My general rule of thumb is don't use an electrode with a diameter larger than the thickness of the material being welded so for 2mm thick steel 1/16" is your best bet. For critical joints where you do a second pass you could go up to 3/32 on the second pass.

Also try to re-melt your tacks when you go over them to get a good continuous weld.

Tradetek
10-02-2013, 06:55 PM
Also you want to make sure that you have the amps set high enough to burn off the flux so that it rises to the top of the weld and does not get "included" (stuck) in the weld.

Bill

grburnett
10-02-2013, 08:56 PM
chadclancy gives good advice, but I will try to politely one-up him a bit.
Try to orient the pieces so that you are welding down into the bottom of the "V" formed by them.
This is would qualify as a flat weld and is even easier than the horizontal with one side going up.
I don't know if you will be able to get at things or not, but if you can it should work as well as things can.
If you can, continuous beads across the width would be best.
A triple pass won't hurt anything at all.

ChadClancy
10-02-2013, 09:52 PM
Agreed. I meant to say flat rather than horizontal.

Jaay
10-08-2013, 11:43 AM
ok t my top welds are ok, im pretty please with them. but this fillet weld is proving a bit of a pain. ive got these pictures so you can see my attempts.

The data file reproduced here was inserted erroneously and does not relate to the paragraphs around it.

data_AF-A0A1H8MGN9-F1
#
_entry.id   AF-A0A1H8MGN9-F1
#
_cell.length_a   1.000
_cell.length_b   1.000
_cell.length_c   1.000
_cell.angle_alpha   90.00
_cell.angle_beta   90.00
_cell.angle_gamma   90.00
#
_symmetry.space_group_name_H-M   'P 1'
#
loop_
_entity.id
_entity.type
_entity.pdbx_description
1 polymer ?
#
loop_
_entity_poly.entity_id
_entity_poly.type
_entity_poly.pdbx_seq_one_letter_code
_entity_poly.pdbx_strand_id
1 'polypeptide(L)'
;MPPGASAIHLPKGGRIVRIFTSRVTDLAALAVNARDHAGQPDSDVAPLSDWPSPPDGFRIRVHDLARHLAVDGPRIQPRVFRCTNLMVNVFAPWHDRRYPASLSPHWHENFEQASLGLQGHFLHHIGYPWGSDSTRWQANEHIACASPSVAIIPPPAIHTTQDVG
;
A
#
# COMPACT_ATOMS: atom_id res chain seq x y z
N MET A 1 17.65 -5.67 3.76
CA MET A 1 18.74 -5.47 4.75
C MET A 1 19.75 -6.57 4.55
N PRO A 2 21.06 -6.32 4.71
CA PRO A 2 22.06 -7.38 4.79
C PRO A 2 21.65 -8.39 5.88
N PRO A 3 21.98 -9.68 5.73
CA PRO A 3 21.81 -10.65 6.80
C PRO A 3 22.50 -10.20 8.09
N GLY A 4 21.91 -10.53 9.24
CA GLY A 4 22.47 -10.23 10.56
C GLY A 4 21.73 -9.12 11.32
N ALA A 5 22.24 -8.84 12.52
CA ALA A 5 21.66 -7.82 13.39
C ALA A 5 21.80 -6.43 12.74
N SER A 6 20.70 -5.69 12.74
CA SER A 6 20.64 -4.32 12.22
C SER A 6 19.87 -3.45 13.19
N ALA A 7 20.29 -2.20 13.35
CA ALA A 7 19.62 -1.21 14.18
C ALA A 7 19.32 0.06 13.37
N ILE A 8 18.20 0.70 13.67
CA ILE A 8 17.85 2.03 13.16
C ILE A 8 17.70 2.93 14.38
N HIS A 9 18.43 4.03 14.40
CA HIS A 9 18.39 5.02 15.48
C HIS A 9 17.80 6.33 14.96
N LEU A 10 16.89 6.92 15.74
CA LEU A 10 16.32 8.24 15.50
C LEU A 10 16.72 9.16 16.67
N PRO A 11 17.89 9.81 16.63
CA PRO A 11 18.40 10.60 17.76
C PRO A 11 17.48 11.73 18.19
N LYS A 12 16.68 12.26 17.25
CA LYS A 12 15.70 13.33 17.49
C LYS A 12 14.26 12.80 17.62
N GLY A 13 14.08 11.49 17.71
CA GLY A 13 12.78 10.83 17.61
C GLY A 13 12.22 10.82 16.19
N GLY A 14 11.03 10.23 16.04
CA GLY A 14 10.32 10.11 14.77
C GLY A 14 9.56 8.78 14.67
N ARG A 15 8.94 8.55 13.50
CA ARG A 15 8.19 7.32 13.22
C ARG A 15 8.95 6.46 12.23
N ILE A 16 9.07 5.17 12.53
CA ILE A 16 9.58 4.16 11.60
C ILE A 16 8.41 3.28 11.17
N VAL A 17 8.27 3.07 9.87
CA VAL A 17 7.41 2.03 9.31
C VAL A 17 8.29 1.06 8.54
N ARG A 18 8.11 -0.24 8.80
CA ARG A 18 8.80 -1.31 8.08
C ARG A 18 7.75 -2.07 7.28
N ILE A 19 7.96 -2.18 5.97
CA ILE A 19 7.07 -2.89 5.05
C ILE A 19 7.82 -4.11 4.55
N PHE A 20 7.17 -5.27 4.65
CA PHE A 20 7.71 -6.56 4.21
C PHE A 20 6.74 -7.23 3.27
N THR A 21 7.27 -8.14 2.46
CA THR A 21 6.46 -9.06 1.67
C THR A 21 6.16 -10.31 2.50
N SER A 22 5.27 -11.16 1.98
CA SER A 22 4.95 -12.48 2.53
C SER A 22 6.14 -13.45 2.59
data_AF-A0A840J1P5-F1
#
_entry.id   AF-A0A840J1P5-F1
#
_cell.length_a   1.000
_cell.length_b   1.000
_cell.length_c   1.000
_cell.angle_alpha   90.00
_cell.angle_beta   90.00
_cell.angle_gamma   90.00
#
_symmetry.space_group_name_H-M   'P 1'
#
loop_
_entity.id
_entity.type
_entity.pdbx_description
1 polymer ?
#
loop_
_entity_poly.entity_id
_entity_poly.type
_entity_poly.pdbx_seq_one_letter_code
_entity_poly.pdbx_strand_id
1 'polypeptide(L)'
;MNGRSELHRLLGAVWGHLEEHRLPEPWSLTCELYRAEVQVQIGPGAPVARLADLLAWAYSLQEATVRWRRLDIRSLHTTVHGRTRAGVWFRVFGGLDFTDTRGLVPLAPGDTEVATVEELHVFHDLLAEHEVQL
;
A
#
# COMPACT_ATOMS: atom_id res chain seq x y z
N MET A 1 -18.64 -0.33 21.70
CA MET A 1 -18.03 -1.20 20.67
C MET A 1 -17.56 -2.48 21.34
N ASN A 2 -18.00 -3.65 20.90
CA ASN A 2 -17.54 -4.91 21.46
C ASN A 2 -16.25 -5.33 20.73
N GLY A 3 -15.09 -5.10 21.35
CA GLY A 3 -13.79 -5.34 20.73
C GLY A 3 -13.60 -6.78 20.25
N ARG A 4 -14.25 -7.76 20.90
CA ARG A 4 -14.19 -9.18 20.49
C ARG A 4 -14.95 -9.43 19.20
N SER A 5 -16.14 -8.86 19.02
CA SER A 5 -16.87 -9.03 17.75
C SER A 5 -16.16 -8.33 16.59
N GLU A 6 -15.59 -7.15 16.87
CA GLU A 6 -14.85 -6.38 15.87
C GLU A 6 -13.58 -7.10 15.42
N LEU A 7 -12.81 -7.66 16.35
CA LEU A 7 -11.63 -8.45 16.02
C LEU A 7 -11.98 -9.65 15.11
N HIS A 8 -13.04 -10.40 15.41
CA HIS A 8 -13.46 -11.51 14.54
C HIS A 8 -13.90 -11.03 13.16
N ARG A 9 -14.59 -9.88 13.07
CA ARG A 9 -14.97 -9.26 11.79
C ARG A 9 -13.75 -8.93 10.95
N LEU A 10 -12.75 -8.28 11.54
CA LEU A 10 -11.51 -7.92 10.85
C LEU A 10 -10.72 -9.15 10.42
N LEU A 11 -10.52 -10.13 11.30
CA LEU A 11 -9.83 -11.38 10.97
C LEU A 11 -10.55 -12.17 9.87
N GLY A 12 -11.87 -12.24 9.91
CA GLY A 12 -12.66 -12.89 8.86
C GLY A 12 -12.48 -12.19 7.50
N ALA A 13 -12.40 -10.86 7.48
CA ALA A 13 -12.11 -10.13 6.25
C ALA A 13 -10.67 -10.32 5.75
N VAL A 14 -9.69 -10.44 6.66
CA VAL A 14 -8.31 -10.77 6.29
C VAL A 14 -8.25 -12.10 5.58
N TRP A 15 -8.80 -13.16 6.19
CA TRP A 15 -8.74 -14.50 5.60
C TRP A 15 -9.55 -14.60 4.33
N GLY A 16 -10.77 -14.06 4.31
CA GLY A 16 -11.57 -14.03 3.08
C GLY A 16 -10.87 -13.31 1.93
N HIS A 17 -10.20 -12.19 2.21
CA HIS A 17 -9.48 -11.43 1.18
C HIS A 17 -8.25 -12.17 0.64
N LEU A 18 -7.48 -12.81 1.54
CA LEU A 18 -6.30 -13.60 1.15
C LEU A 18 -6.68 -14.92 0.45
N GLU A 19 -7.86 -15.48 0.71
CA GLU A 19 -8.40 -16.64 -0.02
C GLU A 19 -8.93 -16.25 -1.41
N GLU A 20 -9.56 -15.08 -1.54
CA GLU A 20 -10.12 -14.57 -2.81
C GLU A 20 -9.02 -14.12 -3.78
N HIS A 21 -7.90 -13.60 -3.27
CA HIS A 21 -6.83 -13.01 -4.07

http://s5.postimg.org/64zqwfeoz/SDC15217.jpg (http://postimg.org/image/64zqwfeoz/) http://s5.postimg.org/9d489h0yr/SDC15218.jpg (http://postimg.org/image/9d489h0yr/) http://s5.postimg.org/d6xoimiar/SDC15219.jpg (http://postimg.org/image/d6xoimiar/)

TexasTuff
10-08-2013, 12:07 PM
Jaay, get your hand on a couple of sticks of LH-70 rods and see how they work for you. They have a very thick flux. Strike an arc and adjust the angle of the rod to the burn rate you want. No moving the rod about. Just rest it on the flux and let it burn itself. They are not good for overhead at all and difficult for vertical welds but work great on flat welds. Most of our welds we can move the frame to get a flat weld. They leave a lot of flux on the weld but it chips away easily.

ChadClancy
10-08-2013, 03:33 PM
Jaay
It is hard to evaluate your welds because you need to do a better job cleaning off the slag with a chipping hammer and wire brush so we can see what's underneath. That said, from what I can see they don't look too good. I would suggest working on similar joint configurations with scrap until you get what you want. There are lots of permutations of the important variables that go into making a good weld so it is best to practice and fine tune until you get things right. The type of electrode is one of those things and some are much more forgiving than others.